VER. 220, &c. Ye tinfel Infects! whom a Court maintain, -That counts your Beauties only by your Stains,-Spin all your Cobwebs] And again, to the fame purpose, in the Epifile to Dr. Arbuthnot,

Spin all

your Cobwebs o'er the Eye of Day! The MUSE's wing shall brush you all away:


"Who breaks a butterfly upon a wheel?
"Yet let me flap this bug with gilded wings,
"This painted child of Dirt, that flinks and ftings."

These (it has been objected) are Infects not of Nature's cre ating, but the Poet's, and therefore fuch compound images are to be condemned. One would think, by this, that mixed qualities troubled the fenfe, as much as mixed metaphors do the ftyle. But whoever thinks fo, is mistaken. The fault of mixed metaphors is, that they call the imagination from image to image, when it is the writer's purpose to fix it upon one. On the contrary, mixed qualities do their office rightly, and inform the understanding of what the Author would infinuate, that the moral infect is a more worthlefs creature than the phyfical, as he collects together, in one individual, divers bad or trifling qualities, which Nature had difperfed in many. And when, in fact, we fee them fo collected; as venom, sophistry, and infidioufnefs, in a Court-Butterfly, the giving it the bite of the bug, and the web of the spider, makes it a monster indeed, but not of the Poet's creating, but only of his naming.

VER. 220. Ye Infects-The MUSE's wing hall brush you all away:] This it did very effectually; and the memory of them had been now forgotten, had not the Poet's charity, for a while, protracted their miferable Being. There is now in his Library a complete collection of all the horrid Libels written and published against him;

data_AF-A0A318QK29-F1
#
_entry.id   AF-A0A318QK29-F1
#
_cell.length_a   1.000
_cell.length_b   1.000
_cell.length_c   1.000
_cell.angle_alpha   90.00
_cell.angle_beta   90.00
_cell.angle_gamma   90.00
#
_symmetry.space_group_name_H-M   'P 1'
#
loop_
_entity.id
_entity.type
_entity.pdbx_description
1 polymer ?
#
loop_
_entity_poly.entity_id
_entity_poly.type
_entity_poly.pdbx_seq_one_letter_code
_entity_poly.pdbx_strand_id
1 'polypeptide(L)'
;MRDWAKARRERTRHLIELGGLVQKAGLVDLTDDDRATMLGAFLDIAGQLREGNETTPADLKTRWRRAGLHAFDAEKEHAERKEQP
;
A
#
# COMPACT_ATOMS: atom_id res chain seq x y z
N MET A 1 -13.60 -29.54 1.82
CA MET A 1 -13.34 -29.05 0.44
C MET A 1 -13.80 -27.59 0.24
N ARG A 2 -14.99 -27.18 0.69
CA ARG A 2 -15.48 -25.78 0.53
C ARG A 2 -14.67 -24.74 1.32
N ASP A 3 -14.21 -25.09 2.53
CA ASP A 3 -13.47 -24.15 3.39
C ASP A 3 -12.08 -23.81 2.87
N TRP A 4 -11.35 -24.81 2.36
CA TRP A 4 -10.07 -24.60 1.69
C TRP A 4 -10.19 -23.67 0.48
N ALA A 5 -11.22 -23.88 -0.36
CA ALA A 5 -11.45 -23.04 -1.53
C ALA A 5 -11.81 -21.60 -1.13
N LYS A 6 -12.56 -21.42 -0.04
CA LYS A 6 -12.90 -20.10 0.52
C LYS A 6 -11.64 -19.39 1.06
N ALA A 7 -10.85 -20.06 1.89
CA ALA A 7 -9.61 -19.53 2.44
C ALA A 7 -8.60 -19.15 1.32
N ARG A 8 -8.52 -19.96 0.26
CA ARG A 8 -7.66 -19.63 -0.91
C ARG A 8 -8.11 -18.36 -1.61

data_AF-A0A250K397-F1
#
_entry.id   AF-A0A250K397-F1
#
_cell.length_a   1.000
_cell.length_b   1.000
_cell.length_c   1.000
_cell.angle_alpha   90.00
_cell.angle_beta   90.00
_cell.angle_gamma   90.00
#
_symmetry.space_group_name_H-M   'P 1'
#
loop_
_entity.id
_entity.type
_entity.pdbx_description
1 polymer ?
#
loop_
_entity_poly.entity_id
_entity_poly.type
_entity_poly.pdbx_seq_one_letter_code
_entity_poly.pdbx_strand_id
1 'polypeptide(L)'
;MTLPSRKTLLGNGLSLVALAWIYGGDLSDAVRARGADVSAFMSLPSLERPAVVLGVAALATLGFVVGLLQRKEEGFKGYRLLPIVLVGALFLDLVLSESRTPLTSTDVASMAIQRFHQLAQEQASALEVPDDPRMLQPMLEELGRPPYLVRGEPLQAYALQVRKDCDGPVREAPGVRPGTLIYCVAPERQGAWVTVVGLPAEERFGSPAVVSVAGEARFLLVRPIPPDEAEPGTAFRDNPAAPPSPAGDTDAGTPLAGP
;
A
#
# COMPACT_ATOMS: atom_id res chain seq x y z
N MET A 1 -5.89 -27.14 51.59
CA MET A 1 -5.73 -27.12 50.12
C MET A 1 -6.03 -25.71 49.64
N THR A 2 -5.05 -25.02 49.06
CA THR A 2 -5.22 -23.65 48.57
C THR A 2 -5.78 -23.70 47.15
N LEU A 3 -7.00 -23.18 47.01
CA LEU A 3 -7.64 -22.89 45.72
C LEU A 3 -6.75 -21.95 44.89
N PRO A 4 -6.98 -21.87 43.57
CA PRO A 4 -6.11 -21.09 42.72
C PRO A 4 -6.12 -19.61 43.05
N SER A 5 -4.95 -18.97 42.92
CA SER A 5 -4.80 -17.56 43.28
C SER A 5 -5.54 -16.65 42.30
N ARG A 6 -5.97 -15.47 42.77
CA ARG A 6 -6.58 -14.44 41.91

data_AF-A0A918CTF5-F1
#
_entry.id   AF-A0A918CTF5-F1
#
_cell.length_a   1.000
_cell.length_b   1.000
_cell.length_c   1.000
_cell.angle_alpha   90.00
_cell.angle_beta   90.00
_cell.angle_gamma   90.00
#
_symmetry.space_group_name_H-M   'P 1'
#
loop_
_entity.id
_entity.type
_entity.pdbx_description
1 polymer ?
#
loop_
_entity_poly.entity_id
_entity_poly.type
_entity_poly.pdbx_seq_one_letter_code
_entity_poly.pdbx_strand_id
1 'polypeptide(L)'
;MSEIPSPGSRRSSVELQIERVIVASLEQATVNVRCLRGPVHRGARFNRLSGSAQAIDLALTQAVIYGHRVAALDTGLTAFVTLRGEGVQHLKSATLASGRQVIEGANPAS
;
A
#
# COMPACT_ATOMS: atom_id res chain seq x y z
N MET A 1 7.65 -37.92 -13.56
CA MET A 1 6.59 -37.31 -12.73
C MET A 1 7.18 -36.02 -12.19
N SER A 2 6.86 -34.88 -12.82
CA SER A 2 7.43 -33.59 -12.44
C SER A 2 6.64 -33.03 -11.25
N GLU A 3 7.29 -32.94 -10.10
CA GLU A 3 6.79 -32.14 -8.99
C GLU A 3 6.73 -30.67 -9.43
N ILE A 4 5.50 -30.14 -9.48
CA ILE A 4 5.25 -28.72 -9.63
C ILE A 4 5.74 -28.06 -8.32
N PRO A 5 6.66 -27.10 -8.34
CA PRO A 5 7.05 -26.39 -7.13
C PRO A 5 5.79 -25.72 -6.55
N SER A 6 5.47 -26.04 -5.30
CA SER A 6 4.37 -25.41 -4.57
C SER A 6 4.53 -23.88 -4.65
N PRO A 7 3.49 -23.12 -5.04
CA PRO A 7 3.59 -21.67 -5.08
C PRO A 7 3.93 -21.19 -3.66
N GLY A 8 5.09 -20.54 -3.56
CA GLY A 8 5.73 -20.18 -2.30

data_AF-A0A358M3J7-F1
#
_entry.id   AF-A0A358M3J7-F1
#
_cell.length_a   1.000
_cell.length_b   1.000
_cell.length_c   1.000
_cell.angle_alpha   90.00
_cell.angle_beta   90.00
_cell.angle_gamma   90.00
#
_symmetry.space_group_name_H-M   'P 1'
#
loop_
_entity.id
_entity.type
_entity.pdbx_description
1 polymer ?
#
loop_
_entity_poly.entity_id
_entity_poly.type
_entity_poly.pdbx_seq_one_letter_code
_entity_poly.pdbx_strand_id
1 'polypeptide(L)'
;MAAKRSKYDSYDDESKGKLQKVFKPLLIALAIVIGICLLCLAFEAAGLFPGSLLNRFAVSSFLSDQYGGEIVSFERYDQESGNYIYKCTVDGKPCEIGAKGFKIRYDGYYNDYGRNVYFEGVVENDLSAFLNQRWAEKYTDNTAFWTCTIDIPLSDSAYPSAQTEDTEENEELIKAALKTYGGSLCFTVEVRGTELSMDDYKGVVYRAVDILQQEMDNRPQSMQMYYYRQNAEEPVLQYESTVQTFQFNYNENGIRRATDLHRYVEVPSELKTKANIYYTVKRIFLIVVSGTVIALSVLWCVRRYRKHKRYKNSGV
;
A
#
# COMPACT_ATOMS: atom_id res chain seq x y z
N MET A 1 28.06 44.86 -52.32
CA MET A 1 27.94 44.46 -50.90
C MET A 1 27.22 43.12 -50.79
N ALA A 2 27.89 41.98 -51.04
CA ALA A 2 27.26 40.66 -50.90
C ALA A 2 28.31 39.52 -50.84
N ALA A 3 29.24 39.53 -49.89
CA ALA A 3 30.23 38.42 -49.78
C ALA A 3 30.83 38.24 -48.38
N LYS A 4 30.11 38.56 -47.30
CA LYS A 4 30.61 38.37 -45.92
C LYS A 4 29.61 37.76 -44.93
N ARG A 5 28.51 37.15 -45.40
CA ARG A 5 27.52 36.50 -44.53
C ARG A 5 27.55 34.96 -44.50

"The tale reviv'd, the lye fo oft o'erthrown,
"Th' imputed trash, and dulness not his own;
"The morals blacken'd, when the writings 'fcape,
"The libell'd Perfon, and the pictur'd fhape."

These he had bound up in several volumes, according to their various fizes, from folios down to duodecimos; and to each of them hath affixed this motto out of the book of Job:

Behold, my defire is, that mine adversary should write a book. Surely I fhould take it upon my shoulder, and bind it as a croum to me. Ch. xxxi. ver. 35, 36.

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All his Grace preaches, all his Lordship fings, All that makes Saints of Queens, and Gods of Kings. 225

All, all but Truth, drops dead-born from the Prefs,

Like the last Gazette, or the last Address".

When black Ambition stains a public Cause, A Monarch's fword when mad Vain-glory draws, Not Waller's Wreath can hide the Nation's Scar, Nor Boileau turn the Feather to a Star. 231


After Ver. 227. in the MS.

Where's now the Star that lighted Charles to rife?
-With that which follow'd Julius to the Skies.
Angels, that watch'd the Royal Oak fo well,
How chanc'd ye nod, when lucklefs Sorel fell?
Hence, lying Miracles! reduc'd fo low
As to the regal touch, and papal-toe;
Hence haughty Edgar's title to the Main,
Britain's to France, and thine to India, Spain!

VER. 222. Cobwebs] Weak and flight sophistry against virtue and honour. Thin colours over vice, as unable to hide the light of Truth, as cobwebs to fhade the fun. P.

VER. 225. Gods of Kings.] When James the first had once befpeeched his Parliament, Bishop Williams Keeper of the Great Seal added-that, after his Majesty's DIVINUM ET IMMORTALE DICTUM, he would not dare mortale aliquid addere. On which, Wilson the Hiftorian obferves - This is not inferted to fhew the PREGNANCY and GENIUS of the man, but the temper of the times.

VER 228. When black Ambition, &c.] The cafe of Cromwell in the civil war of England; and (Ver. 229) of Louis XIV. in his conqueft of the Low Countries. P.

VER. 231. Nor Boileau turn the Feather to a Star.] See his Ode on Namur; where (to use his own words)" Il a fait un